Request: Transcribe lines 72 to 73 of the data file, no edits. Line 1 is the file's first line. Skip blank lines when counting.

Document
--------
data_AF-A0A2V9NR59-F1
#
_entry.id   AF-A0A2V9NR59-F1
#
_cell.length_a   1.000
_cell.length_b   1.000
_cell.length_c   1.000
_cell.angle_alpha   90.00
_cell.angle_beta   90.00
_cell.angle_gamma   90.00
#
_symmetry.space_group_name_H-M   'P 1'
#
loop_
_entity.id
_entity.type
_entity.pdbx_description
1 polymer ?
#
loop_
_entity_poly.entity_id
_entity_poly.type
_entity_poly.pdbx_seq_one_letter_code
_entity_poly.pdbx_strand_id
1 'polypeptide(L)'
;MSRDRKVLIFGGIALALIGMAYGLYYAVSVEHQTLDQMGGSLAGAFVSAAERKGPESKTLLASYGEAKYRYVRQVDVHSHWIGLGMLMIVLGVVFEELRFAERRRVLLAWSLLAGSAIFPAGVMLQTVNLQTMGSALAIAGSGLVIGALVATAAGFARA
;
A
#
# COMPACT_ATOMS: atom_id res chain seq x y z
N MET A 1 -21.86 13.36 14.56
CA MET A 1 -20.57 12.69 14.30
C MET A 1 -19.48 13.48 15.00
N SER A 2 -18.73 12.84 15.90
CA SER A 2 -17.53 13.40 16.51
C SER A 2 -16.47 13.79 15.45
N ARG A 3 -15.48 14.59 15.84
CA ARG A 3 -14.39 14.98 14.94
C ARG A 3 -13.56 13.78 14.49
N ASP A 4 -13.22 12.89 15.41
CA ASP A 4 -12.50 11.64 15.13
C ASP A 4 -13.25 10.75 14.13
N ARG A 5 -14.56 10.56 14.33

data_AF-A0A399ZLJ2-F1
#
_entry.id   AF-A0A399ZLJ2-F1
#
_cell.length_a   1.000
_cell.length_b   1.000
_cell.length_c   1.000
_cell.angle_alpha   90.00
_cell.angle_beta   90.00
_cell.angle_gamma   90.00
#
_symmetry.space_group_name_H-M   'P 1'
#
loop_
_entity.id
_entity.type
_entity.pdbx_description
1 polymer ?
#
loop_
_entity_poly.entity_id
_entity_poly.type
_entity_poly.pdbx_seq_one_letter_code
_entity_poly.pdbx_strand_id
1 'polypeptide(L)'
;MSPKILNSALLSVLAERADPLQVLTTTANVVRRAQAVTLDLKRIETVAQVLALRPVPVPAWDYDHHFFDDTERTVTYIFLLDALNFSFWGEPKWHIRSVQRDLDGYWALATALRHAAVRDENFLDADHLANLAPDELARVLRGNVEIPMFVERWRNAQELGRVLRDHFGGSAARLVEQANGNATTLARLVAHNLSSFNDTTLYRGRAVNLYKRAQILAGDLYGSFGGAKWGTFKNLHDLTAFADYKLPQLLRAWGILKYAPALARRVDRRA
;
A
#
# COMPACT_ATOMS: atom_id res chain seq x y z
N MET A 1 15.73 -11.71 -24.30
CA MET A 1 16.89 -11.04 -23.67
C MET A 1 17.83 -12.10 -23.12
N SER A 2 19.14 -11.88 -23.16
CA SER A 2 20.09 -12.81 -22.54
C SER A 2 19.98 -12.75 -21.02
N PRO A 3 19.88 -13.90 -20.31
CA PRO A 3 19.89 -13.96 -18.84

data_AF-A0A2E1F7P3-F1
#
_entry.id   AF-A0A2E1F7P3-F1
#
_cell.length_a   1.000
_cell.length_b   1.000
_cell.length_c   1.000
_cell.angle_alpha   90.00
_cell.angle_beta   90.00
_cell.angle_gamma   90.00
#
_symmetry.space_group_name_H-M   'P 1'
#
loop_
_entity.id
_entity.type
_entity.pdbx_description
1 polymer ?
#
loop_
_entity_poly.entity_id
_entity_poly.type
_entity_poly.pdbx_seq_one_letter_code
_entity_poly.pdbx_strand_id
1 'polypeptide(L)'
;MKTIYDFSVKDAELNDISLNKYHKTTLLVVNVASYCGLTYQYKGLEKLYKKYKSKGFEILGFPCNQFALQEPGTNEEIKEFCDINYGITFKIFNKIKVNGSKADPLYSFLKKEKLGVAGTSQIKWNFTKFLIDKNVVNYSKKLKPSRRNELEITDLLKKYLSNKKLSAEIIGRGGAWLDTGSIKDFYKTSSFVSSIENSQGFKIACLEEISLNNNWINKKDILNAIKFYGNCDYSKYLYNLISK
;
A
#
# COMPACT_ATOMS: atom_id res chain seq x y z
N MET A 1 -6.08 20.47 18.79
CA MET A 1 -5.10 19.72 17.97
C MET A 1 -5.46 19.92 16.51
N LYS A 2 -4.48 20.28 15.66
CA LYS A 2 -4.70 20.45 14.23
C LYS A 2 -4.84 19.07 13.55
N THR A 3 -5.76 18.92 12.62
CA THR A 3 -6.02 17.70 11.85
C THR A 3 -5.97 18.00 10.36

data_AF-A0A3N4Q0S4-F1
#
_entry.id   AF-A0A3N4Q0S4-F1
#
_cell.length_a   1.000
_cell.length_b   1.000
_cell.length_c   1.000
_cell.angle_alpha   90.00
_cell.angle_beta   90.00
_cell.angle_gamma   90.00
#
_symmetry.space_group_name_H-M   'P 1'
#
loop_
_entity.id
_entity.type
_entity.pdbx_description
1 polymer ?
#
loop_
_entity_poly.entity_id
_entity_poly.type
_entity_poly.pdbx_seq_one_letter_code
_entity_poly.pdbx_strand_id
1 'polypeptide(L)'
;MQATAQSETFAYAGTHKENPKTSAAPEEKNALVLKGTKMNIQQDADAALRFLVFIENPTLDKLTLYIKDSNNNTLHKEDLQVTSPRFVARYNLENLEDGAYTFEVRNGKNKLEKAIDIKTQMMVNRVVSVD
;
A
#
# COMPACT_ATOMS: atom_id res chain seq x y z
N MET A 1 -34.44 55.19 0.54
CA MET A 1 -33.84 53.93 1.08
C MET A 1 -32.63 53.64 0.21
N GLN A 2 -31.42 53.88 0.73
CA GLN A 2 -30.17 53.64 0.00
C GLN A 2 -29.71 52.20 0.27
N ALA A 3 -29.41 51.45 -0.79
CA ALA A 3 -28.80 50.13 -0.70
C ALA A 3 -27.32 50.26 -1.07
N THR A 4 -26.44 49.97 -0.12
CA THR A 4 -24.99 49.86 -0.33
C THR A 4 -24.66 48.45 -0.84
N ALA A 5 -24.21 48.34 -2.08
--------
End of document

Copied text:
#
# COMPACT_ATOMS: atom_id res chain seq x y z